Kaci Patterson is the Founder and Chief Architect of Social Good Solutions (SGS), a Black-woman-owned and operated boutique consulting firm working at the intersections of philanthropy, racial justice and community. Kaci brings over 20 years of experience in the nonprofit and philanthropic sectors and is widely recognized for her expertise in equity-centered grantmaking and community-driven design. In her role as Sr. Director for the LA Partnership for Early Childhood Investment, Kaci organizes philanthropic engagement for the LA County African American Infant and Maternal Mortality Prevention Initiative (AAIMM), a public-private-community partnership working to advance joyous and healthy births for Black mothers and families in LA County. She is also the Founder and Chief Architect of the Black Equity Collective, serves on the board of Social Justice Partners Los Angeles, Tides Advocacy and was an appointed state commissioner serving in the CA Department of Consumer Affairs for eight years. Kaci is a graduate of Pepperdine University and holds an MBA in Organizational Management & Leadership from the University of LaVerne.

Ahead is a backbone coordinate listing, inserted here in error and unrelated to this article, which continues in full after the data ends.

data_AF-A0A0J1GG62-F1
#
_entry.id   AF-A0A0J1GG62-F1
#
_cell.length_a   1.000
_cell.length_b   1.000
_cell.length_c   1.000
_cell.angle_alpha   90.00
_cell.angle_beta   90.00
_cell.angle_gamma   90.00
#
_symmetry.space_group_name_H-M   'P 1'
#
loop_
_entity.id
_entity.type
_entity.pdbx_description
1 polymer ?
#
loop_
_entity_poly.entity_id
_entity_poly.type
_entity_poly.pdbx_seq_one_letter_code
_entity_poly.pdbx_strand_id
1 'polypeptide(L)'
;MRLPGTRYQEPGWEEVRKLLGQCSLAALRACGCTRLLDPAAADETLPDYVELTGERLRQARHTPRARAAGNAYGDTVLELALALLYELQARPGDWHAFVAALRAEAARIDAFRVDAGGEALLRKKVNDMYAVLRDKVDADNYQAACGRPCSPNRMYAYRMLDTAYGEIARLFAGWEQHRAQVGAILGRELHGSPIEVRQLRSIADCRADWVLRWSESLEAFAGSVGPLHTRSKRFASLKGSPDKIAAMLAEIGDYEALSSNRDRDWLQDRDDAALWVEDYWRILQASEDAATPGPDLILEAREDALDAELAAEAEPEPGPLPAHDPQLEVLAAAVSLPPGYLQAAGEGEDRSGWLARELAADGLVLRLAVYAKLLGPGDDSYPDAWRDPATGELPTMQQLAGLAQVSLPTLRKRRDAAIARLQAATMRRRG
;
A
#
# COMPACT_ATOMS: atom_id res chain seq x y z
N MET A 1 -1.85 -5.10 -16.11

President & CEO, The Ralph M. Parsons Foundation
Jennifer Price-Letscher grew up in a household of strong, determined women. Raised by her mother, grandmother, and older sisters, Jennifer developed a sense of purpose and creativity from a young age. Her mother was a first-generation college graduate who worked tirelessly to serve others as an educator, social worker, and criminal justice legal advocate. Her grandmother was a concert pianist who gave her a keen ear, nurturing Jennifer’s musicianship and cultivating an awareness about the power of artistic expression. Jennifer’s home life fostered a sense of creativity and justice, and she credits her mother with teaching the importance of seeing the humanity in everyone. It is no surprise that Jennifer dedicated her life to arts, education, and social change.